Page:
WO2017118878A1 - Hearing assistance device transducers and hearing assistance devices with same - Google Patents

Hearing assistance device transducers and hearing assistance devices with same Download PDF

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Publication number
WO2017118878A1
WO2017118878A1 PCT/IB2016/050052 IB2016050052W WO2017118878A1 WO 2017118878 A1 WO2017118878 A1 WO 2017118878A1 IB 2016050052 W IB2016050052 W IB 2016050052W WO 2017118878 A1 WO2017118878 A1 WO 2017118878A1
Authority
WO
WIPO (PCT)
Prior art keywords
housing
receiver
microphone
interior volume
located
Prior art date
Application number
PCT/IB2016/050052
Other languages
French (fr)
Inventor
Erdal Karamuk
Markus Müller
Original Assignee
Sonova Ag
Priority date (The priority date is an assumption and is not a legal conclusion. Google has not performed a legal analysis and makes no representation as to the accuracy of the date listed.)
Filing date
Publication date
Application filed by Sonova Ag filed Critical Sonova Ag
Priority to PCT/IB2016/050052 priority Critical patent/WO2017118878A1/en
Publication of WO2017118878A1 publication Critical patent/WO2017118878A1/en

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Classifications

    • HELECTRICITY
    • H04ELECTRIC COMMUNICATION TECHNIQUE
    • H04RLOUDSPEAKERS, MICROPHONES, GRAMOPHONE PICK-UPS OR LIKE ACOUSTIC ELECTROMECHANICAL TRANSDUCERS; DEAF-AID SETS; PUBLIC ADDRESS SYSTEMS
    • H04R25/00Deaf-aid sets, i.e. electro-acoustic or electro-mechanical hearing aids; Electric tinnitus maskers providing an auditory perception
    • H04R25/65Housing parts, e.g. shells, tips or moulds, or their manufacture
    • HELECTRICITY
    • H04ELECTRIC COMMUNICATION TECHNIQUE
    • H04RLOUDSPEAKERS, MICROPHONES, GRAMOPHONE PICK-UPS OR LIKE ACOUSTIC ELECTROMECHANICAL TRANSDUCERS; DEAF-AID SETS; PUBLIC ADDRESS SYSTEMS
    • H04R25/00Deaf-aid sets, i.e. electro-acoustic or electro-mechanical hearing aids; Electric tinnitus maskers providing an auditory perception
    • H04R25/60Mounting or interconnection of hearing aid parts, e.g. inside tips, housings or to ossicles
    • H04R25/602Mounting or interconnection of hearing aid parts, e.g. inside tips, housings or to ossicles of batteries
    • HELECTRICITY
    • H04ELECTRIC COMMUNICATION TECHNIQUE
    • H04RLOUDSPEAKERS, MICROPHONES, GRAMOPHONE PICK-UPS OR LIKE ACOUSTIC ELECTROMECHANICAL TRANSDUCERS; DEAF-AID SETS; PUBLIC ADDRESS SYSTEMS
    • H04R25/00Deaf-aid sets, i.e. electro-acoustic or electro-mechanical hearing aids; Electric tinnitus maskers providing an auditory perception
    • H04R25/60Mounting or interconnection of hearing aid parts, e.g. inside tips, housings or to ossicles
    • H04R25/604Mounting or interconnection of hearing aid parts, e.g. inside tips, housings or to ossicles of acoustic or vibrational transducers
    • HELECTRICITY
    • H04ELECTRIC COMMUNICATION TECHNIQUE
    • H04RLOUDSPEAKERS, MICROPHONES, GRAMOPHONE PICK-UPS OR LIKE ACOUSTIC ELECTROMECHANICAL TRANSDUCERS; DEAF-AID SETS; PUBLIC ADDRESS SYSTEMS
    • H04R11/00Transducers of moving-armature or moving-core type
    • H04R11/02Loudspeakers
    • HELECTRICITY
    • H04ELECTRIC COMMUNICATION TECHNIQUE
    • H04RLOUDSPEAKERS, MICROPHONES, GRAMOPHONE PICK-UPS OR LIKE ACOUSTIC ELECTROMECHANICAL TRANSDUCERS; DEAF-AID SETS; PUBLIC ADDRESS SYSTEMS
    • H04R11/00Transducers of moving-armature or moving-core type
    • H04R11/04Microphones
    • HELECTRICITY
    • H04ELECTRIC COMMUNICATION TECHNIQUE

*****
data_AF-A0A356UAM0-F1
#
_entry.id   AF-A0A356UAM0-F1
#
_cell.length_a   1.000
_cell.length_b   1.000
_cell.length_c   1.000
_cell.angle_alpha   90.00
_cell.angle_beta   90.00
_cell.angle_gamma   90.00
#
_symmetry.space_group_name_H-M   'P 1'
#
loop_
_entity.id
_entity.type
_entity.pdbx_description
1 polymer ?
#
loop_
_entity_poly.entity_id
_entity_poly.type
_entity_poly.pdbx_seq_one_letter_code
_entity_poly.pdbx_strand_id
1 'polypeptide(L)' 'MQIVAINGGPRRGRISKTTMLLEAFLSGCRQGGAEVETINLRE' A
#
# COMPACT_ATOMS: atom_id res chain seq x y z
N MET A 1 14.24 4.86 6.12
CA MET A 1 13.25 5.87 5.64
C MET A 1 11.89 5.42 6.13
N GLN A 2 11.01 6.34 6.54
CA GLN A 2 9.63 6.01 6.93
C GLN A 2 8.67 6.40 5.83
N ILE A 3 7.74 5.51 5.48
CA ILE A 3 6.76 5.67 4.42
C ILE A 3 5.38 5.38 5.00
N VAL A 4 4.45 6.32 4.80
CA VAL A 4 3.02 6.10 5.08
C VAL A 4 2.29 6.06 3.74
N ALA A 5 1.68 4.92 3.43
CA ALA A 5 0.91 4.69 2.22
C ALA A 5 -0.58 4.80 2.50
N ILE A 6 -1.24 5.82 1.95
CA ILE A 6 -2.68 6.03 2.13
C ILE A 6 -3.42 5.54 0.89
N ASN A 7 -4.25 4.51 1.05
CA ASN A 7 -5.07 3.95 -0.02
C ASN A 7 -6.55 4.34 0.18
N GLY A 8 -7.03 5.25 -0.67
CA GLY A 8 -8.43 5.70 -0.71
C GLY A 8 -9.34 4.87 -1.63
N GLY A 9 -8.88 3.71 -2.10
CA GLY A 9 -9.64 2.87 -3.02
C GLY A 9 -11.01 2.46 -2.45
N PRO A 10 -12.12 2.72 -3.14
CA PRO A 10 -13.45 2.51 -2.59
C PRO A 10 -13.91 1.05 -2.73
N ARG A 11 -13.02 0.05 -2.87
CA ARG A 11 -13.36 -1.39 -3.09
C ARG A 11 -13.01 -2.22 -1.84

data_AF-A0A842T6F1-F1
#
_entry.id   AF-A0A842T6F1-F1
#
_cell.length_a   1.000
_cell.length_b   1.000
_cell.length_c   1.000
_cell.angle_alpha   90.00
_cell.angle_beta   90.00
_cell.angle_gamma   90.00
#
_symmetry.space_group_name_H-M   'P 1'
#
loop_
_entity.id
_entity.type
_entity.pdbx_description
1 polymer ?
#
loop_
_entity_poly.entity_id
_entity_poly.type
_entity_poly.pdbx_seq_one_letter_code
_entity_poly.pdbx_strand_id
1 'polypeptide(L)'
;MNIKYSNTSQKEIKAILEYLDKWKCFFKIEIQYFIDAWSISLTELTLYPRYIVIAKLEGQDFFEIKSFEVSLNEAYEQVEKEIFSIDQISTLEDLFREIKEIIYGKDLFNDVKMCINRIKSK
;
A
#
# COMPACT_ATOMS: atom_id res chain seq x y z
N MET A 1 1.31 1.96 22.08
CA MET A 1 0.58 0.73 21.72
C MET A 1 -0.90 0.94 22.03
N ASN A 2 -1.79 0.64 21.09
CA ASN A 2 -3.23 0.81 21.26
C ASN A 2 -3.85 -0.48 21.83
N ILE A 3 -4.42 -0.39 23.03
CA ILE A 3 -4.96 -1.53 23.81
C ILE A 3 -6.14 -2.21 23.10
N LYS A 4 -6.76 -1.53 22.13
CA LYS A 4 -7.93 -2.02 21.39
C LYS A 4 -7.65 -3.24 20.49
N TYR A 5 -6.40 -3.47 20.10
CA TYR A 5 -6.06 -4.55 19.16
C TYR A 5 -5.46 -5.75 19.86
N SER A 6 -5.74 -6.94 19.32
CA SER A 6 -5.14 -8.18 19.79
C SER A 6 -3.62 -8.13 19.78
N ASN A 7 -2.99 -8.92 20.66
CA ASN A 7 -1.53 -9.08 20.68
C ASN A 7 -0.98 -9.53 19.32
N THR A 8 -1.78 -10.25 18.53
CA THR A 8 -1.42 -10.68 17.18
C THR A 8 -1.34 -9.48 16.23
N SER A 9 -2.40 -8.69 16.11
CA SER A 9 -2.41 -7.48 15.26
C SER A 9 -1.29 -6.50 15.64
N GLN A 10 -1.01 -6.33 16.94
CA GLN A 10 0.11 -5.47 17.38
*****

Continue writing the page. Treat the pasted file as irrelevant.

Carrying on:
• H04RLOUDSPEAKERS, MICROPHONES, GRAMOPHONE PICK-UPS OR LIKE ACOUSTIC ELECTROMECHANICAL TRANSDUCERS; DEAF-AID SETS; PUBLIC ADDRESS SYSTEMS
    • H04R2225/00Details of deaf aids covered by H04R25/00, not provided for in any of its subgroups
    • H04R2225/025In the ear hearing aids [ITE] hearing aids
    • HELECTRICITY
    • H04ELECTRIC COMMUNICATION TECHNIQUE
    • H04RLOUDSPEAKERS, MICROPHONES, GRAMOPHONE PICK-UPS OR LIKE ACOUSTIC ELECTROMECHANICAL TRANSDUCERS; DEAF-AID SETS; PUBLIC ADDRESS SYSTEMS
    • H04R2225/00Details of deaf aids covered by H04R25/00, not provided for in any of its subgroups
    • H04R2225/61Aspects relating to mechanical or electronic switches or control elements, e.g. functioning

Abstract

An electro-acoustic transducer including a housing having an interior volume with first and second interior volume portions and a sound aperture that extends to the first interior volume, a diaphragm located between the first and second interior volumes, and an environmental sensor associated with the housing and having an inlet in fluid communication with the first interior volume.

Description

HEARING ASSISTANCE DEVICE TRANSDUCERS AND

HEARING ASSISTANCE DEVICES WITH SAME

BACKGROUND

1. Field

The present inventions relate generally to hearing assistance devices.

2. Description of the Related Art

A wide variety of hearing assistance devices (or "hearing devices") are available. Such devices include, but are not limited to, hearing aids and implantable cochlear stimulation ("ICS") systems. Hearing aids include a microphone, sound processor circuitry, and a speaker (referred to herein as a "receiver") located within a housing. Ambient sound pressure waves are picked up by the microphone and converted into electrical signals. The electrical signals, in turn, are processed by sound processor circuitry. The processed signals drive the receiver, which delivers amplified (or otherwise processed) sound pressure waves to the ear canal. Exemplary types of hearing aids include, but are not limited to, behind-the-ear ("BTE") hearing aids, receiver-in-canal ("RIC") hearing aids, in-the-canal ("ITC") hearing aids and completely in-the-canal ("CIC") hearing aids. Some CIC hearing aids are configured to be worn continuously, from several weeks to several months, inside the ear canal. Examples of extended wear hearing devices are disclosed in U.S. Patent Nos. 7,664,282, 8,682,016 and 9,071 ,914, each of which is incorporated herein by reference.